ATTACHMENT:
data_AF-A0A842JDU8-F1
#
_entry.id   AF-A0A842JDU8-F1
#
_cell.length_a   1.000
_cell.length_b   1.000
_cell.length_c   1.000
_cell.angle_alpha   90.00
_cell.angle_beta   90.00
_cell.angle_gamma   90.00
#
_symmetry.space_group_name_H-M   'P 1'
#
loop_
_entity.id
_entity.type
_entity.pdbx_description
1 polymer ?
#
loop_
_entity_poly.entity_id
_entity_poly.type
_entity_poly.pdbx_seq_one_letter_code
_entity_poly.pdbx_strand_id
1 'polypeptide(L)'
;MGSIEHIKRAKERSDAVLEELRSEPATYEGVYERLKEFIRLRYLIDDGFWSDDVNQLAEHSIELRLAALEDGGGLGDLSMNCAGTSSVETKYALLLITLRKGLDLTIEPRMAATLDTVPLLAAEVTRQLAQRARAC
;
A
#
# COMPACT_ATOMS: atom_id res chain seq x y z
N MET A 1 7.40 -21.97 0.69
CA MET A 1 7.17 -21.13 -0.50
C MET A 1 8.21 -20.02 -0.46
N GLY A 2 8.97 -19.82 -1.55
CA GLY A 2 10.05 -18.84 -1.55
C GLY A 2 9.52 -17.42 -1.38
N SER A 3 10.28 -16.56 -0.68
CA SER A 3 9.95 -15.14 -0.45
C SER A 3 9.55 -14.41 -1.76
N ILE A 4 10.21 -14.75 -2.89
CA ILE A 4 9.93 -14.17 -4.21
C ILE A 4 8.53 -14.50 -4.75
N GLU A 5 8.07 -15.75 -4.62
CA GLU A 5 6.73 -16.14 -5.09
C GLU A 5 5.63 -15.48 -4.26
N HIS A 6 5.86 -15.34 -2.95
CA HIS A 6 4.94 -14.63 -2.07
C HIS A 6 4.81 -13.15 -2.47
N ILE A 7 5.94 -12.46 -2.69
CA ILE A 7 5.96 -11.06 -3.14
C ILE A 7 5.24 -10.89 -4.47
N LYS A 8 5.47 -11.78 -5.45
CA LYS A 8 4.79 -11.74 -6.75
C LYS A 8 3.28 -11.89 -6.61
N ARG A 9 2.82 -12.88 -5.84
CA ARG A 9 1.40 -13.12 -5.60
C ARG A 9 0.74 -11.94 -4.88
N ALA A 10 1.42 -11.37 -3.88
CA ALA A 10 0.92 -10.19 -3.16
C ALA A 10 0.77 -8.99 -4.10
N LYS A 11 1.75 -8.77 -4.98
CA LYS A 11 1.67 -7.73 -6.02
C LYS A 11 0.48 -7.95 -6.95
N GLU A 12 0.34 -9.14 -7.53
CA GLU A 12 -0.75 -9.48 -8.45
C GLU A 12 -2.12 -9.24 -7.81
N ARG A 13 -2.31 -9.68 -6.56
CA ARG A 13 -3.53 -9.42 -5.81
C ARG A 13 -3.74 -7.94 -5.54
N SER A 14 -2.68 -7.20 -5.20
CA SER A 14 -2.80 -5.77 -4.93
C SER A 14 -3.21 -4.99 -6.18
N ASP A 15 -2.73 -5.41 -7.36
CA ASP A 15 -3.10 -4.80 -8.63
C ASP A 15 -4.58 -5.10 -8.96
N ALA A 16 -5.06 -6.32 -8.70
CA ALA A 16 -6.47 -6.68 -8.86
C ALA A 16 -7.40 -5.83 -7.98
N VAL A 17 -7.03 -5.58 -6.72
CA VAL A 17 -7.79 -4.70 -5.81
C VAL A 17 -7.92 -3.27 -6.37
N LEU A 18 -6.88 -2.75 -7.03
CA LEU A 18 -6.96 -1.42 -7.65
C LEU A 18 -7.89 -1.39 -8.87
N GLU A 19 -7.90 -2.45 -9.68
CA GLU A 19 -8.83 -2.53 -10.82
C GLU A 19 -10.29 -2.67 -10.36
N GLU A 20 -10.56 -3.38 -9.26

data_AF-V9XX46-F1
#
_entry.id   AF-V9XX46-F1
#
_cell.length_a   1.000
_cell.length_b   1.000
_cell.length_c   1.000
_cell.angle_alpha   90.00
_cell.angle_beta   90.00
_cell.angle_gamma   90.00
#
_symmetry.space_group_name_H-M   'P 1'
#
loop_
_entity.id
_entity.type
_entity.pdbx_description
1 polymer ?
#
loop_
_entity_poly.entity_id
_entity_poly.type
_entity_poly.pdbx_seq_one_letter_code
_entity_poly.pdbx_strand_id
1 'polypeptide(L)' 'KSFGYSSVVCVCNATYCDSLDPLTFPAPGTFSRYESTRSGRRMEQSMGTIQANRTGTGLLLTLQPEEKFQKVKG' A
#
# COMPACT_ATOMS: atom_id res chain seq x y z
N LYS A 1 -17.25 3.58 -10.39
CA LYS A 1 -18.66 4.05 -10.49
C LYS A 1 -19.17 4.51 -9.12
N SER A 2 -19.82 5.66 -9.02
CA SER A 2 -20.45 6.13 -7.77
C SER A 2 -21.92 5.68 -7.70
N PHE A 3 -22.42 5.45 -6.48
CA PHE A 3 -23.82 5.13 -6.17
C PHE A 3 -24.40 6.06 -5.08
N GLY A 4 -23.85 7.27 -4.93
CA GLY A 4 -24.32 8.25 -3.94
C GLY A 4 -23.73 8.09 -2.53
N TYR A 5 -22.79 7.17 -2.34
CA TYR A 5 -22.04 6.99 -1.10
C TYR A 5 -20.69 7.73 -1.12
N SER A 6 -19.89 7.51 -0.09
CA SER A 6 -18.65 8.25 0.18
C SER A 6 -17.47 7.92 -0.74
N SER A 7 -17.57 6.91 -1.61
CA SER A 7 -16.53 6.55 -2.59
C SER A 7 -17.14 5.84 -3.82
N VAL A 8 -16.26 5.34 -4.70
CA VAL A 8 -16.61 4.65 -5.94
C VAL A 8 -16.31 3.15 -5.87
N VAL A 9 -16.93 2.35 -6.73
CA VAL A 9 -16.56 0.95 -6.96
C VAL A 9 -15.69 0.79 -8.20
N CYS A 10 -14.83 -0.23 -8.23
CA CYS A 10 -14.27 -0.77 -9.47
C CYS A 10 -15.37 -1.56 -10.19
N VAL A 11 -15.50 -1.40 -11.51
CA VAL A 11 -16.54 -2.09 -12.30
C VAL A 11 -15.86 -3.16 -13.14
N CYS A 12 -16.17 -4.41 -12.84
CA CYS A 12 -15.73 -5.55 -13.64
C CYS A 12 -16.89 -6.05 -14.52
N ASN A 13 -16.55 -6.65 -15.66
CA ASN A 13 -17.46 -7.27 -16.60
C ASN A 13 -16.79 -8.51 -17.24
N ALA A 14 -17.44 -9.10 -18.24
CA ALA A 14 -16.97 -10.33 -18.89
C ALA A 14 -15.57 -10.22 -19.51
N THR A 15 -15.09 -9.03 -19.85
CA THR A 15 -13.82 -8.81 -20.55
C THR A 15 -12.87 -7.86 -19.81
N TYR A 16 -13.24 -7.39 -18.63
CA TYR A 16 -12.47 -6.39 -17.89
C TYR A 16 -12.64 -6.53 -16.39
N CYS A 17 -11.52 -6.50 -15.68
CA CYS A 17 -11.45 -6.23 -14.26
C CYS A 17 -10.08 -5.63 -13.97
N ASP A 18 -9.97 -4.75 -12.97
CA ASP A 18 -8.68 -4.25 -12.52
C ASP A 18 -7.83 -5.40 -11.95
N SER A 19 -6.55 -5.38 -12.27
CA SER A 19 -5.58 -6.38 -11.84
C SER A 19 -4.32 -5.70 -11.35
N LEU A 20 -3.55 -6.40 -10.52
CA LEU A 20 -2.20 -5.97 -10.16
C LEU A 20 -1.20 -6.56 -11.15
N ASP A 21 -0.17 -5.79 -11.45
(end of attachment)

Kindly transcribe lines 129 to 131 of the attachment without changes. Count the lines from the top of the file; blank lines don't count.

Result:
CA TYR A 5 -22.04 6.99 -1.10
C TYR A 5 -20.69 7.73 -1.12
N SER A 6 -19.89 7.51 -0.09